Baby's First Bites: Promoting Vegetable Intake in Infants and Toddlers

The What and How in Weaning: A Randomized Controlled Trial to Assess the Effects of Vegetable-exposure and Responsive Feeding on Vegetable Acceptance in Infants and Toddlers

Patrocinadores

Patrocinador principal: Universiteit Leiden

Colaborador: Wageningen University
Danone Research
Nutricia, Inc.

Fuente Universiteit Leiden
Resumen breve

Overweight and obesity in preschool children is more and more common and predicts overweight in later childhood and adulthood. A healthy eating pattern with many vegetables decreases the risk to develop overweight. As many food preferences are learned in the first years of life, teaching children to like vegetables from the very start of eating solid foods is essential. Starting baby's first bites of solid foods with vegetables instead of more sweet tastes like fruits may promote vegetable liking. Also, it is important that parents know how to feed their children: e.g., paying attention to whether the child is hungry or full is essential, as is not pressuring them to eat. What is yet unknown is which of these two are more important to promote, to facilitate vegetable liking in young children. Is starting with vegetables most important, or educating parents on their feeding-techniques? And is a combination of both most effective? This study tests which of three interventions is most effective to promote vegetable intake and liking in children up until the age of 3 years: a) a focus on the 'what' (starting with vegetables); b) a focus on the 'how' (listen to your child's cues while feeding); c) a focus on both the 'what' and the 'how'. These three groups will be compared to a control group receiving no advice on how to introduce solid foods on children's vegetable intake and liking.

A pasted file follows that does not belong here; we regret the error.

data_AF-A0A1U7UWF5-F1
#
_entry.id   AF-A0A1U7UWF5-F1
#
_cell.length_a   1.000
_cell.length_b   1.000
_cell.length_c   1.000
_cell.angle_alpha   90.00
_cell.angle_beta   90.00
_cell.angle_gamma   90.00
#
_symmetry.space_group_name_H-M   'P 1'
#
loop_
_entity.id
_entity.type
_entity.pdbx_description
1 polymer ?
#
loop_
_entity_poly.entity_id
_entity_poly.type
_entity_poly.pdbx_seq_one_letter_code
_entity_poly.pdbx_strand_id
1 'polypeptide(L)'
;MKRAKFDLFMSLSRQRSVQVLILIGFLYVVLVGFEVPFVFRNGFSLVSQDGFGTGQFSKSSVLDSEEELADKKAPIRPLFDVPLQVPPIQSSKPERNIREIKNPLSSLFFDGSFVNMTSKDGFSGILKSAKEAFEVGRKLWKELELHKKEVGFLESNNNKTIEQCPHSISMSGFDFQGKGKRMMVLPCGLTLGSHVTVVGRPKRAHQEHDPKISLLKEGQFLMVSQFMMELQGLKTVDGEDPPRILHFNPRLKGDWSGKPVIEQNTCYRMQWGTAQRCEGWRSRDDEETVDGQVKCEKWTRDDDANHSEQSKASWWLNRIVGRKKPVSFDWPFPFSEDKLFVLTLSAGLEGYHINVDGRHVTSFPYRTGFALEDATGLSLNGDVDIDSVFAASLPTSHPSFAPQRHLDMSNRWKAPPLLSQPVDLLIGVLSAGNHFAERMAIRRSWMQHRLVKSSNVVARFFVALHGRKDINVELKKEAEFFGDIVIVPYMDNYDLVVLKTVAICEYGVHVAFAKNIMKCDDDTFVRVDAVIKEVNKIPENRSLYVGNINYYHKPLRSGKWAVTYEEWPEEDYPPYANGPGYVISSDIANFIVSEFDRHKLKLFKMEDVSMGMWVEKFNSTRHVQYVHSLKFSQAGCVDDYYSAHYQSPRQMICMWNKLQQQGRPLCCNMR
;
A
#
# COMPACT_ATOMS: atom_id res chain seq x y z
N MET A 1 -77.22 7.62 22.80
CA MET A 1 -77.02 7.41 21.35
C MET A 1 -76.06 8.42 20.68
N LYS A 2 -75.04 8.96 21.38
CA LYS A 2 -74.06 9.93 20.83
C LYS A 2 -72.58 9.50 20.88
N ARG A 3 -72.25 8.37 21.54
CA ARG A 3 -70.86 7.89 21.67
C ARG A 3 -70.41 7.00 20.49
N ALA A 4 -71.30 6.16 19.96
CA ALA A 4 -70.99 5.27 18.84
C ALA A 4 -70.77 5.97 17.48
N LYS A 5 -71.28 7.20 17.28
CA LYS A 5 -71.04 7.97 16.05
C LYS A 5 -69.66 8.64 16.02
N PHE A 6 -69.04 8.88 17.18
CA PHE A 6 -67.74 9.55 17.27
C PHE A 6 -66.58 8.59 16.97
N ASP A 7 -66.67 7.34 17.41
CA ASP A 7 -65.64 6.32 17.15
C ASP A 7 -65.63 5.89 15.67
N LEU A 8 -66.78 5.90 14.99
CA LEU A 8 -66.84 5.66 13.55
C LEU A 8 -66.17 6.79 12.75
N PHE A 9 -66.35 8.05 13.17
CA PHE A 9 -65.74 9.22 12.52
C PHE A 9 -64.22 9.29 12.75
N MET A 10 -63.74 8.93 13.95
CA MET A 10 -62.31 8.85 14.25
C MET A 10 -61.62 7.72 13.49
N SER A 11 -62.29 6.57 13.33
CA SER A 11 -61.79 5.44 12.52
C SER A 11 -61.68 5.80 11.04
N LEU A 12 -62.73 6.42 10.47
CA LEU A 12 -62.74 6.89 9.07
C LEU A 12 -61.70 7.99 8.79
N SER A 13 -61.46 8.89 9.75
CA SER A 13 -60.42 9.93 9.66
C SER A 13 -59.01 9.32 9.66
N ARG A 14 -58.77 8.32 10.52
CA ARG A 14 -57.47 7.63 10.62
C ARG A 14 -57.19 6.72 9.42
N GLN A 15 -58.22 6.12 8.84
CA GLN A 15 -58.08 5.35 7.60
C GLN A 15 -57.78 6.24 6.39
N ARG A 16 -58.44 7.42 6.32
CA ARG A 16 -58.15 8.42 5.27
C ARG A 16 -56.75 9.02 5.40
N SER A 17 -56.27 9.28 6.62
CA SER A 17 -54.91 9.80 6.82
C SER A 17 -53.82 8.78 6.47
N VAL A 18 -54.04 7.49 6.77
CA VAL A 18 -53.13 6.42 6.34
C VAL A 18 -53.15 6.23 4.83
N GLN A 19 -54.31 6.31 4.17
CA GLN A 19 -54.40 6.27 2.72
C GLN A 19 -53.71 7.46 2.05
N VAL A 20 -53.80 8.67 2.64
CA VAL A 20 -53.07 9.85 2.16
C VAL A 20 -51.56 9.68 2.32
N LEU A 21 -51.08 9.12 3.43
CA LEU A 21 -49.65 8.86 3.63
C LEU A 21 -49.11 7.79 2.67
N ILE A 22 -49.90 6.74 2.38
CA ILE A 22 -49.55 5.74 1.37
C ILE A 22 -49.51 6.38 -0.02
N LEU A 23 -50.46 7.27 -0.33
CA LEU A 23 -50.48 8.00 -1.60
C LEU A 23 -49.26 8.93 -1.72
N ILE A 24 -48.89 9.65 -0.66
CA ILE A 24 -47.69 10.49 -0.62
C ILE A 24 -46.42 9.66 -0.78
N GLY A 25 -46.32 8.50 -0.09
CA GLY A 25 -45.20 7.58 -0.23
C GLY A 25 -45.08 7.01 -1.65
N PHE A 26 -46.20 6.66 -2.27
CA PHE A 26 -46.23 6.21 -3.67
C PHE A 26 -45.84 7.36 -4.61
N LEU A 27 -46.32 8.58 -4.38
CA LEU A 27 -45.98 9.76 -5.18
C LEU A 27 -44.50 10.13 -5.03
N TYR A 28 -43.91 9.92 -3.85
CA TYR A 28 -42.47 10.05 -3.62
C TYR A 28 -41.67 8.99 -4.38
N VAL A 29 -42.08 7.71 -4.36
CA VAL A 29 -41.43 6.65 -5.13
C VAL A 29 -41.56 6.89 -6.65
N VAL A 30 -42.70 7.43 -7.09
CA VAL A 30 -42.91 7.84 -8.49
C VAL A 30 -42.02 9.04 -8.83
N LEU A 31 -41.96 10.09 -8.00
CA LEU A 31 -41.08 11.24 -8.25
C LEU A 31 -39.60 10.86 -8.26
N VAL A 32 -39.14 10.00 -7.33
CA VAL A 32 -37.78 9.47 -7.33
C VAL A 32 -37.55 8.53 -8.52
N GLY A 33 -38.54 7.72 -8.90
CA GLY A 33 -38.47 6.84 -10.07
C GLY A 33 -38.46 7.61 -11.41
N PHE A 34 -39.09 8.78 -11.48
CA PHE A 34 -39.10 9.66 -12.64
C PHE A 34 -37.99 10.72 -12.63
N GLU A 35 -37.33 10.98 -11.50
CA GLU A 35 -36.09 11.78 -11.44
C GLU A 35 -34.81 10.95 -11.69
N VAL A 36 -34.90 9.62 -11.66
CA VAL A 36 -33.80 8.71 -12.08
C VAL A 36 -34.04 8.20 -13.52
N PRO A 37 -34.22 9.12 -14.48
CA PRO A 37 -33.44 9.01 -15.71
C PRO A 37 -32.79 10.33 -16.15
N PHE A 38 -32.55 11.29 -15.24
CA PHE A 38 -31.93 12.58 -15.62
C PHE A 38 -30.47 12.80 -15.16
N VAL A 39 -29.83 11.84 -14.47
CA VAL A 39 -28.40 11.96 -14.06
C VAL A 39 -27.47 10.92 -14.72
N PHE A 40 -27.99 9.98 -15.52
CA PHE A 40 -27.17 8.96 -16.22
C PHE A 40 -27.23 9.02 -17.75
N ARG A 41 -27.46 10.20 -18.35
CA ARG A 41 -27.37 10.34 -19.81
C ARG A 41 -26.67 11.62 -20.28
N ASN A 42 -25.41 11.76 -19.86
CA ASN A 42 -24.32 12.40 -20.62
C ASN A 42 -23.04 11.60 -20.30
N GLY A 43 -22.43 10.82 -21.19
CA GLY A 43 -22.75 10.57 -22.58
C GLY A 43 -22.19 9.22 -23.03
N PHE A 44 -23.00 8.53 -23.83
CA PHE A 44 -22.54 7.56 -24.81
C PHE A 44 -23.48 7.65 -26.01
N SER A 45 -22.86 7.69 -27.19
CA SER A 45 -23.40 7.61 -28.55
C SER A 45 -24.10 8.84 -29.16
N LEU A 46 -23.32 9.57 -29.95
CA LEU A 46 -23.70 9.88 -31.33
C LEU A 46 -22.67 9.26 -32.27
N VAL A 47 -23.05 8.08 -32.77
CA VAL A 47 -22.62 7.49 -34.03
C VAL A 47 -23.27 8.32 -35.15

Descripción detallada

The weaning period in infancy is an important time for introducing healthy eating patterns that include vegetables to protect children against the development of overweight. There is evidence that it is important what weaning infants are offered: starting exclusively with vegetables is more successful for the promotion of vegetable acceptance than starting with fruits. There is also evidence that it is important how infants are weaned: responsive feeding characterised by sensitive responses to infant cues during feeding fosters healthy eating. However, the what and the how of infant weaning have never been experimentally tested in the same study to determine their relative importance for fostering vegetable acceptance, nor have they been combined to test whether a focus on both may be superior to each approach separately. This study employs a randomised controlled design testing the effectiveness of (a) a focus on the what in weaning, i.e., a vegetable-exposure intervention; (b) a focus on the how in weaning, i.e., an intervention to enhance responsive feeding; (c) a combined focus on what and how in weaning in an integrated intervention; (d) an attention-control group. Vegetable acceptance will be measured before and directly after the interventions when the child is 18 months of age, and when the child is 24 and 36 months of age. The proposed study is based on a unique integration of expert knowledge from the field of nutrition and the field of parenting, which will provide new insights into the mechanisms underlying the development of vegetable acceptance in infants, and ultimately the prevention of overweight.

Estado general Active, not recruiting
Fecha de inicio May 11, 2016
Fecha de Terminación July 2020
Fecha de finalización primaria July 2020
Fase N/A
Tipo de estudio Interventional
Resultado primario
Medida Periodo de tiempo
Change in vegetable intake Measured at child age of 4-6 months (prior to intervention), 18 months (directly after intervention) and at child age of 24 and 36 months (6 and 18 months follow-up)
Change in vegetable liking Measured at child age of 4-6 months (prior to intervention), 18 months (directly after intervention) and at child age of 24 and 36 months (6 and 18 months follow-up)